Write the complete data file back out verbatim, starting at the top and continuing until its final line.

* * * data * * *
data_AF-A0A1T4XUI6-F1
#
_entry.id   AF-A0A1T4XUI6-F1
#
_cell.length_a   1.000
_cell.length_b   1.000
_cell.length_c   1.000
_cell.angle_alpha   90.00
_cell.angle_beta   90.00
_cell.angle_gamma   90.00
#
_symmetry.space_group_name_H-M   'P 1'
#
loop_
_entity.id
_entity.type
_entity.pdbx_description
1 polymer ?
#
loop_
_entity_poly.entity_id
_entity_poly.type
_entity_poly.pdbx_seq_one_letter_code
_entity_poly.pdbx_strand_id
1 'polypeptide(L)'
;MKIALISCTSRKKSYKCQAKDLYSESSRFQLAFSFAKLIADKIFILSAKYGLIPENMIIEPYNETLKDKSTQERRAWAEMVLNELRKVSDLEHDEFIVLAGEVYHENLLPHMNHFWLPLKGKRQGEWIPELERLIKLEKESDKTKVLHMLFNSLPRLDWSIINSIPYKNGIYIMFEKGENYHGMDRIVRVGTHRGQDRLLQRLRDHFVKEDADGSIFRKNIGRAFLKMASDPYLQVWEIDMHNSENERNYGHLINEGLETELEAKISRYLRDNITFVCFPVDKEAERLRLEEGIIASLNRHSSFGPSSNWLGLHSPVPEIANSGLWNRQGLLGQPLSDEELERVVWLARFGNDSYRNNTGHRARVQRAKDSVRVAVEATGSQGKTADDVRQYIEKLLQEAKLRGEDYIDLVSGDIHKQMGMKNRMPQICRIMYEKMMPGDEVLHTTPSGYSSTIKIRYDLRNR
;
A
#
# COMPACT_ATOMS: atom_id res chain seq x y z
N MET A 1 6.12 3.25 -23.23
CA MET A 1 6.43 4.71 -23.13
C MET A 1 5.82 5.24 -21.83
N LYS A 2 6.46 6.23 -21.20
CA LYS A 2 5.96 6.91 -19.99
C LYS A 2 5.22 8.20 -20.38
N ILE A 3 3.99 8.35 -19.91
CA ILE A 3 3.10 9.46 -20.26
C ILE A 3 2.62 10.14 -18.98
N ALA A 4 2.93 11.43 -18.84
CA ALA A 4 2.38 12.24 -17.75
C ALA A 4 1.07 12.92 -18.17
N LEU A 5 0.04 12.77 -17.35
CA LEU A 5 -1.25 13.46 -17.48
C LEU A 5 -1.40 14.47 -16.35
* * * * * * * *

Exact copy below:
data_AF-A0A1T4XUI6-F1
#
_entry.id   AF-A0A1T4XUI6-F1
#
_cell.length_a   1.000
_cell.length_b   1.000
_cell.length_c   1.000
_cell.angle_alpha   90.00
_cell.angle_beta   90.00
_cell.angle_gamma   90.00
#
_symmetry.space_group_name_H-M   'P 1'
#
loop_
_entity.id
_entity.type
_entity.pdbx_description
1 polymer ?
#
loop_
_entity_poly.entity_id
_entity_poly.type
_entity_poly.pdbx_seq_one_letter_code
_entity_poly.pdbx_strand_id
1 'polypeptide(L)'
;MKIALISCTSRKKSYKCQAKDLYSESSRFQLAFSFAKLIADKIFILSAKYGLIPENMIIEPYNETLKDKSTQERRAWAEMVLNELRKVSDLEHDEFIVLAGEVYHENLLPHMNHFWLPLKGKRQGEWIPELERLIKLEKESDKTKVLHMLFNSLPRLDWSIINSIPYKNGIYIMFEKGENYHGMDRIVRVGTHRGQDRLLQRLRDHFVKEDADGSIFRKNIGRAFLKMASDPYLQVWEIDMHNSENERNYGHLINEGLETELEAKISRYLRDNITFVCFPVDKEAERLRLEEGIIASLNRHSSFGPSSNWLGLHSPVPEIANSGLWNRQGLLGQPLSDEELERVVWLARFGNDSYRNNTGHRARVQRAKDSVRVAVEATGSQGKTADDVRQYIEKLLQEAKLRGEDYIDLVSGDIHKQMGMKNRMPQICRIMYEKMMPGDEVLHTTPSGYSSTIKIRYDLRNR
;
A
#
# COMPACT_ATOMS: atom_id res chain seq x y z
N MET A 1 6.12 3.25 -23.23
CA MET A 1 6.43 4.71 -23.13
C MET A 1 5.82 5.24 -21.83
N LYS A 2 6.46 6.23 -21.20
CA LYS A 2 5.96 6.91 -19.99
C LYS A 2 5.22 8.20 -20.38
N ILE A 3 3.99 8.35 -19.91
CA ILE A 3 3.10 9.46 -20.26
C ILE A 3 2.62 10.14 -18.98
N ALA A 4 2.93 11.43 -18.84
CA ALA A 4 2.38 12.24 -17.75
C ALA A 4 1.07 12.92 -18.17
N LEU A 5 0.04 12.77 -17.35
CA LEU A 5 -1.25 13.46 -17.48
C LEU A 5 -1.40 14.47 -16.35